Susie (Dakota Johnson) in the first dance scene from Luca Guadgnino’s Suspiria (2018)


Dance+: Luca Guadagnino’s Suspiria

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Susie (Dakota Johnson) in the first dance scene from Luca Guadgnino’s Suspiria (2018)
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Toil and trouble brews in a cavernous, covenous dance company

Susie (Dakota Johnson) spins and twists in a bewitching audition

Popular dance movies seem to be following a pattern. There’s always a young dancer, on a mission, trying to succeed against all odds. Usually it’s a woman and a goody-goody, and the dance itself is there merely as a decoration to fill out the script. A typical example, and the pioneer dance movie in the form we are now familiar with, is Flashdance (1983), where dance is incorporated as MTV-style scenes, with no real connection to the ideas in the movie.

Suspiria (2018) might initially seem similar, as it is about a young dancer rising to the top of a dance company, but it has two important twists. The first Suspiria, directed by Dario Argento in 1977, was set in a classical ballet school and did not have much actual dancing, while the remake’s director Luca Guadagnino gives an important role to contemporary dance, here choreographed by Damien Jalet. Not only is the dance not pretty, let alone flashy, but the main female roles are far from your typical dance movie goody-goodies: they are witches.

It’s the 70s in Berlin, terrorised by the radical leftist Red Army Faction. Susie (Dakota Johnson), raised an American Mennonite, arrives to join a prestigious dance company led by a coven of witches. Their intentions – to choose and sacrifice a young dancer – are announced during Susie’s audition.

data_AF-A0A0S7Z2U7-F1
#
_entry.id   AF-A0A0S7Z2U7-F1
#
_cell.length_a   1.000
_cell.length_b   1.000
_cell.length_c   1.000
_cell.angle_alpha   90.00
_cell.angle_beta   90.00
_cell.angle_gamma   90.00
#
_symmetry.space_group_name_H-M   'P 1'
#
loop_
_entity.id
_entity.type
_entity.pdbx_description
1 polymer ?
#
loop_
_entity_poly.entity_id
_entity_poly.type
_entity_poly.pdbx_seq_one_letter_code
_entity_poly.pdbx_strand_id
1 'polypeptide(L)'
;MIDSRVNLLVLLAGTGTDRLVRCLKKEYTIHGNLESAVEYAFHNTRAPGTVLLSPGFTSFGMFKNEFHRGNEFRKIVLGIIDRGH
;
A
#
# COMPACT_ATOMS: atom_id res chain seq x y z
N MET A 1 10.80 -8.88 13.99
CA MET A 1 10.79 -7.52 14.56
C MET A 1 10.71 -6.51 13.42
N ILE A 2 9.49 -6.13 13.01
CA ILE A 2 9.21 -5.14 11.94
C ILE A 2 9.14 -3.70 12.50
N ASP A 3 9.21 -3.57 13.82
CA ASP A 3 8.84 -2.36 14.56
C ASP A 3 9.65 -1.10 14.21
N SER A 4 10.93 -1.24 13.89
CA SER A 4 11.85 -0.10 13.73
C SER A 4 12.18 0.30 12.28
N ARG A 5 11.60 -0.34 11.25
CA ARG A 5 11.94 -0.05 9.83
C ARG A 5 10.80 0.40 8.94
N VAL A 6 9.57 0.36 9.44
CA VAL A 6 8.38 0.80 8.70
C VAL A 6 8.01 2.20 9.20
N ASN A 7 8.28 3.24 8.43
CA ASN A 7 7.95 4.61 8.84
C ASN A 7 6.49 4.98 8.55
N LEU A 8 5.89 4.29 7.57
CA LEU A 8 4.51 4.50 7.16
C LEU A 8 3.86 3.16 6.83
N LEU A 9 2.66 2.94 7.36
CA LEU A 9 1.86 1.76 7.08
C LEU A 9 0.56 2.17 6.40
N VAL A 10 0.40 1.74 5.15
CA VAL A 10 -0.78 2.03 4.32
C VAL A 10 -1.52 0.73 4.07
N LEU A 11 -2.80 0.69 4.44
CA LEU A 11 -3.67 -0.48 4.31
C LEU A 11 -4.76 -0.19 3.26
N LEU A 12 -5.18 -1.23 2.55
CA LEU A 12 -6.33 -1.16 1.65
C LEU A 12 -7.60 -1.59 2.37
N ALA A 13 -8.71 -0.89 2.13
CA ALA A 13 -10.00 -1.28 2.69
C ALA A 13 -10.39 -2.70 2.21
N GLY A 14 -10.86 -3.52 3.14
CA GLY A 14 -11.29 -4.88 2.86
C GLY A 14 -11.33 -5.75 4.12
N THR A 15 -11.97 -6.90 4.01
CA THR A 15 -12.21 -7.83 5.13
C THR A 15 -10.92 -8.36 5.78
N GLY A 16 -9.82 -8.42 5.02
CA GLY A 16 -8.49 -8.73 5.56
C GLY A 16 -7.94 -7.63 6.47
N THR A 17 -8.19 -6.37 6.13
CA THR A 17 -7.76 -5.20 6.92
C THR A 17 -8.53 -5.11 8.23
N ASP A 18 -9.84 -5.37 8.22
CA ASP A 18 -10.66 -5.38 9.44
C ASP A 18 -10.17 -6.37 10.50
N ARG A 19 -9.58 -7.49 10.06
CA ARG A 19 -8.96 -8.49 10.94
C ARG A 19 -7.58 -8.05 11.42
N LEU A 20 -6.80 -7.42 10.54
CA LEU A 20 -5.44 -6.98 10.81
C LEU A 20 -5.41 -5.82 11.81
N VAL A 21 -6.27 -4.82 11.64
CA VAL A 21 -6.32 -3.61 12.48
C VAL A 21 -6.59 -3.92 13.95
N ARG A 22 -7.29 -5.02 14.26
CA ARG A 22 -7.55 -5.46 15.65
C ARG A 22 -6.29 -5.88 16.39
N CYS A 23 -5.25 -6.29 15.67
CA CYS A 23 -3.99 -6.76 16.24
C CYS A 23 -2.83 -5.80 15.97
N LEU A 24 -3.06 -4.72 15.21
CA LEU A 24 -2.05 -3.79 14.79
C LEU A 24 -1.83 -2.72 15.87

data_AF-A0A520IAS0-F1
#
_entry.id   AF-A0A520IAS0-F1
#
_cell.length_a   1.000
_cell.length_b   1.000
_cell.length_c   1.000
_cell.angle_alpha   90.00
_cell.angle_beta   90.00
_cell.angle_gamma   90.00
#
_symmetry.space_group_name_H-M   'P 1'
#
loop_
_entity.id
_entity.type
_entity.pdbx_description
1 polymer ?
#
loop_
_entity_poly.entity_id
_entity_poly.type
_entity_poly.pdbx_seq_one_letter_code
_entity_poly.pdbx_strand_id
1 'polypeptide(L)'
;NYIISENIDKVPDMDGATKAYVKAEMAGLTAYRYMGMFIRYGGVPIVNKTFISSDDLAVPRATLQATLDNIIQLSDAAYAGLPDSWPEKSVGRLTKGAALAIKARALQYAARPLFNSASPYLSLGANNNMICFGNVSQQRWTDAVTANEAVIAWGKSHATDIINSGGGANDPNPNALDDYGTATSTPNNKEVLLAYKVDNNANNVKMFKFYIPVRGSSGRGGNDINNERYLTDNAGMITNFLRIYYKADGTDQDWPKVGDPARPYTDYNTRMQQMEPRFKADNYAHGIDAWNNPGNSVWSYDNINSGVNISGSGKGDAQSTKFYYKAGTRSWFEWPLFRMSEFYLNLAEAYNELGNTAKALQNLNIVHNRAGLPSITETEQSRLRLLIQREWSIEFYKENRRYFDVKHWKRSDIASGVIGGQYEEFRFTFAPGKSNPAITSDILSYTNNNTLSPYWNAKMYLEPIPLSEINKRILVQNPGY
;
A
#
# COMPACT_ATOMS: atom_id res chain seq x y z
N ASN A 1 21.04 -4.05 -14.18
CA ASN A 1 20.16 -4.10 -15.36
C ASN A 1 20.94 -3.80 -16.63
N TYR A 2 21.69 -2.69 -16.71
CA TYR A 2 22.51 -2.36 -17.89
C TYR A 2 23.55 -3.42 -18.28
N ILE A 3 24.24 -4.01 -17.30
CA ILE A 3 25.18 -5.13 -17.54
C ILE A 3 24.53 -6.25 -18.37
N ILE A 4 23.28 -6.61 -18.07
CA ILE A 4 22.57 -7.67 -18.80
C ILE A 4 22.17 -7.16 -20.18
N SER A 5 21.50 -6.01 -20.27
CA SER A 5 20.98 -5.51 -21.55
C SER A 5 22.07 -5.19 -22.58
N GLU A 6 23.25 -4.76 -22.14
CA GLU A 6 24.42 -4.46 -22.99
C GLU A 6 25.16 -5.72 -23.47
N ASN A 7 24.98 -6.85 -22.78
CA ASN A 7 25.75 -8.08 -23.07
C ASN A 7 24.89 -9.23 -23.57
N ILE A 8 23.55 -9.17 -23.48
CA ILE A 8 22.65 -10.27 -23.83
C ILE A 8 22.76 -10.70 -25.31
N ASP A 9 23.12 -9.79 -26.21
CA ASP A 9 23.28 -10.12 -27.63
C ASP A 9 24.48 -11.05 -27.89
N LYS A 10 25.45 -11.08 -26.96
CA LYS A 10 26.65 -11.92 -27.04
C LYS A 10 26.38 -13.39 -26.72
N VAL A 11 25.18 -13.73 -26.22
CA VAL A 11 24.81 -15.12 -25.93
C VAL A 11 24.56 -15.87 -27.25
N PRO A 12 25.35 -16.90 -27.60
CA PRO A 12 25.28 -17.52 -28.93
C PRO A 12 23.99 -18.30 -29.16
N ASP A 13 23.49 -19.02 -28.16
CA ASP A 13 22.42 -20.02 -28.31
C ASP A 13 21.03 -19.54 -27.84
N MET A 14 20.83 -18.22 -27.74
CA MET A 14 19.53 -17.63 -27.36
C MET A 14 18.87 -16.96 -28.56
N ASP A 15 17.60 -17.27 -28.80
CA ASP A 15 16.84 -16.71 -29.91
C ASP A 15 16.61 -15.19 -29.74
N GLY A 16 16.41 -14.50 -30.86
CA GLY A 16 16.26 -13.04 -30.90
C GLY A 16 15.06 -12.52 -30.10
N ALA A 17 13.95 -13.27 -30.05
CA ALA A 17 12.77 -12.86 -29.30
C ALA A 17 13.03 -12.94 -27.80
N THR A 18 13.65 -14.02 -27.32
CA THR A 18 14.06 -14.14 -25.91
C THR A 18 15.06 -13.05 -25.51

The audition takes place in a claustrophobic room with no windows, its walls plastered with vertical mirror that distort her body. She dances as if the two sides of the room have grabbed her and are tearing her apart, possessed, animalistic, breathing heavily. The arm swings cut through the air, and fists punch the chest. She falls down to bounce her head back decisively. She crawls to the dark, squirming, then spins to the front light again. Her arms and torso pulsate, she rapidly kicks her leg as if pushing something away. She finishes in a long dizzying spin.

By the nods and looks of the teachers we can sense they’re up to no good, but through Susie’s dancing we can clearly see she’s a much stronger character than suggested up until that moment. She seems to also have something up her sleeve, but we still don’t know what it is (no spoilers if you were expecting one). By the end of the movie these individual elements intensify to the point that speech can no longer communicate what’s happening and dance almost takes over completely.

Besides Mary Wigman and her deliberately ugly and wild dances (Witch Dance), another German dance icon, Pina Bausch, seems to have influenced the movie, specifically in the character of Madame Blanc (Tilda Swinton). She is the company’s charismatic choreographer, wearing long dresses, always holding a cigarette in her hand. The piece they are rehearsing is reminiscent of Bausch’s version of The Rite of Spring, with its frenetic rhythm and orgiastic climax, but without all the dirt. The group sequences form ritualistic geometrical shapes and repetitive trance-like actions. The movement in the entire movie is energetic and harsh, contrasting the gravity-pulled floorwork with jumps; fierce turns with the details of swirly wrists. It provokes primal emotions and embodies feminine power. In contrast to most popular dance movies, Guadagnino’s Suspiria gives space to the expressive power of dance. 

Theme: Dance+
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